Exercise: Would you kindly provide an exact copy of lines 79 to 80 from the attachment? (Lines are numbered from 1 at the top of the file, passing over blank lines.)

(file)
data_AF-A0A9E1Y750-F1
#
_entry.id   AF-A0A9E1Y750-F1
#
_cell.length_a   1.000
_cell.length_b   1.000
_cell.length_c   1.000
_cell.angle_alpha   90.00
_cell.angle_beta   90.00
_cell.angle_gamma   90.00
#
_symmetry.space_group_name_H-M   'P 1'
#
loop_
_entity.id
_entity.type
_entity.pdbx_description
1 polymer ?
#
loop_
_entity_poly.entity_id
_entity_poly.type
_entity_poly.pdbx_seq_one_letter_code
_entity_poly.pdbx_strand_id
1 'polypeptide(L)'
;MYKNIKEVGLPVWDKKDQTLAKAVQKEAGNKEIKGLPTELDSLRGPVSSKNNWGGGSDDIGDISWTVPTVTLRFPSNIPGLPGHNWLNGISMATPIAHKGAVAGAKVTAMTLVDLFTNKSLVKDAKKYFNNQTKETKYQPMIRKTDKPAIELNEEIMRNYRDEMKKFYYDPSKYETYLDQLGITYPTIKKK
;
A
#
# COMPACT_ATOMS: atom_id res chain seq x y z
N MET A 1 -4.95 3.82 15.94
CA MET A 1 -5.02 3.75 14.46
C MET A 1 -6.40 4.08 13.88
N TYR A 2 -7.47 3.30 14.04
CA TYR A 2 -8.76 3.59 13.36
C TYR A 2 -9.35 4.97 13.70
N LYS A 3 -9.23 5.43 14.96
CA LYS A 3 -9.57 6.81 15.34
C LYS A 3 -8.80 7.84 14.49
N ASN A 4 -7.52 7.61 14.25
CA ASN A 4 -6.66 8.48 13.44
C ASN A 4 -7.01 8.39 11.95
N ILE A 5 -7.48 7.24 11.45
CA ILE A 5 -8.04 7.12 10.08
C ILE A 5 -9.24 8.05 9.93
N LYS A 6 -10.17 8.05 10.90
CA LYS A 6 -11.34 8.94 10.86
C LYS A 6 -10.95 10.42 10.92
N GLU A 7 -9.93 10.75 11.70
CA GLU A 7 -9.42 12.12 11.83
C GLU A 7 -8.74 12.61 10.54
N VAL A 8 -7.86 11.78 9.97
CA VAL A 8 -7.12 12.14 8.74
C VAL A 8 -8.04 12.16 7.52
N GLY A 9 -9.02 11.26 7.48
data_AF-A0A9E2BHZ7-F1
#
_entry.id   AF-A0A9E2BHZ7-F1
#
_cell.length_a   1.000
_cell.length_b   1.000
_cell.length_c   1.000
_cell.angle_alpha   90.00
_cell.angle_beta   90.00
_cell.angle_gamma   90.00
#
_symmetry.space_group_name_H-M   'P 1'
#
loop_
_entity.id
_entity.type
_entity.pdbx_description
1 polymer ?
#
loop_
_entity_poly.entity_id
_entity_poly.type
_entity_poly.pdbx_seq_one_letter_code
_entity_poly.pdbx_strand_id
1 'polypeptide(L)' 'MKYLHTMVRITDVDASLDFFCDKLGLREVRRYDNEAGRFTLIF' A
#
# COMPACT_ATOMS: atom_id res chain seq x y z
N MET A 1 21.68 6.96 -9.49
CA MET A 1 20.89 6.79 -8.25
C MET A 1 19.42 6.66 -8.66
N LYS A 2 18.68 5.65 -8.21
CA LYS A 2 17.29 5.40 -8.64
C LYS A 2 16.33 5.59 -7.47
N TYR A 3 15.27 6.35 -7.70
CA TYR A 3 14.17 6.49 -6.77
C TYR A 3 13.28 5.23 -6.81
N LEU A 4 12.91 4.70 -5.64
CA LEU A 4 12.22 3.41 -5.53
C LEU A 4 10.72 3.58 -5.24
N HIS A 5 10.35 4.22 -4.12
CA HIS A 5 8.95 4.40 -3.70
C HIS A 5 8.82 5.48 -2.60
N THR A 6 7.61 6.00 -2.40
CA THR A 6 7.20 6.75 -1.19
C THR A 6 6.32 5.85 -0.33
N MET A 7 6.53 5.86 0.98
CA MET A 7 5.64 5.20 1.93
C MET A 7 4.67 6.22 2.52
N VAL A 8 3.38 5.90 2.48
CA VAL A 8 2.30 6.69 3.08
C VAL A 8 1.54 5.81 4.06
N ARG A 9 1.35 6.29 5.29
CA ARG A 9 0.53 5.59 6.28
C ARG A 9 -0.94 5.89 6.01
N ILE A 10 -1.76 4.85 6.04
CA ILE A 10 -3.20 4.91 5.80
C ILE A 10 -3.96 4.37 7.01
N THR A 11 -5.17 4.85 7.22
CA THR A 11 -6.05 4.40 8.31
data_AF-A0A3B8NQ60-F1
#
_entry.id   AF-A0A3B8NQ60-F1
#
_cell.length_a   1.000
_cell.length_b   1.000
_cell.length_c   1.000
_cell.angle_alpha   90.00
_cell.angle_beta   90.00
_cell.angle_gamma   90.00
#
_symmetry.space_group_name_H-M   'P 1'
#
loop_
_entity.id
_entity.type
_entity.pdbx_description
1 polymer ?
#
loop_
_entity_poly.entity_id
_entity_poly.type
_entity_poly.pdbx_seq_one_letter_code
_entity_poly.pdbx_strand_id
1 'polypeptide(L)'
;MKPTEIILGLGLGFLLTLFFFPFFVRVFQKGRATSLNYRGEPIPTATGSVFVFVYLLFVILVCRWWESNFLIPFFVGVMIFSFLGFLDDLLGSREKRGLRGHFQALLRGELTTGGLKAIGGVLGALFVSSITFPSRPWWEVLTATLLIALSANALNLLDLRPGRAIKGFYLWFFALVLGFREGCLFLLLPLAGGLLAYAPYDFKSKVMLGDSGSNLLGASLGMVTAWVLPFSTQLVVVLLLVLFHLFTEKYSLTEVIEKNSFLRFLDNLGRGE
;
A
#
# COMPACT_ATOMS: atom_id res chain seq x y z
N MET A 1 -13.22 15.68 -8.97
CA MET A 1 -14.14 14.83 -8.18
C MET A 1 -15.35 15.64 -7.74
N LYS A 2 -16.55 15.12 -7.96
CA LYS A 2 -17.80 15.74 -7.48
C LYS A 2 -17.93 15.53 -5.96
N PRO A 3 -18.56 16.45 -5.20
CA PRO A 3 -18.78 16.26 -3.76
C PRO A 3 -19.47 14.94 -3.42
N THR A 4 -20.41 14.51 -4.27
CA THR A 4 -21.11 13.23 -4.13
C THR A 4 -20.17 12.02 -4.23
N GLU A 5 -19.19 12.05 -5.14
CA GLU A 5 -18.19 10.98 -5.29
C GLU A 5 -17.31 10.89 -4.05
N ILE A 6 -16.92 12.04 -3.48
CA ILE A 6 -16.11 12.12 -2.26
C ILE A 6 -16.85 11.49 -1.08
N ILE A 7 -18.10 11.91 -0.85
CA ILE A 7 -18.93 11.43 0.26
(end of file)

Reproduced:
_entity_poly.pdbx_strand_id
1 'polypeptide(L)' 'MKYLHTMVRITDVDASLDFFCDKLGLREVRRYDNEAGRFTLIF' A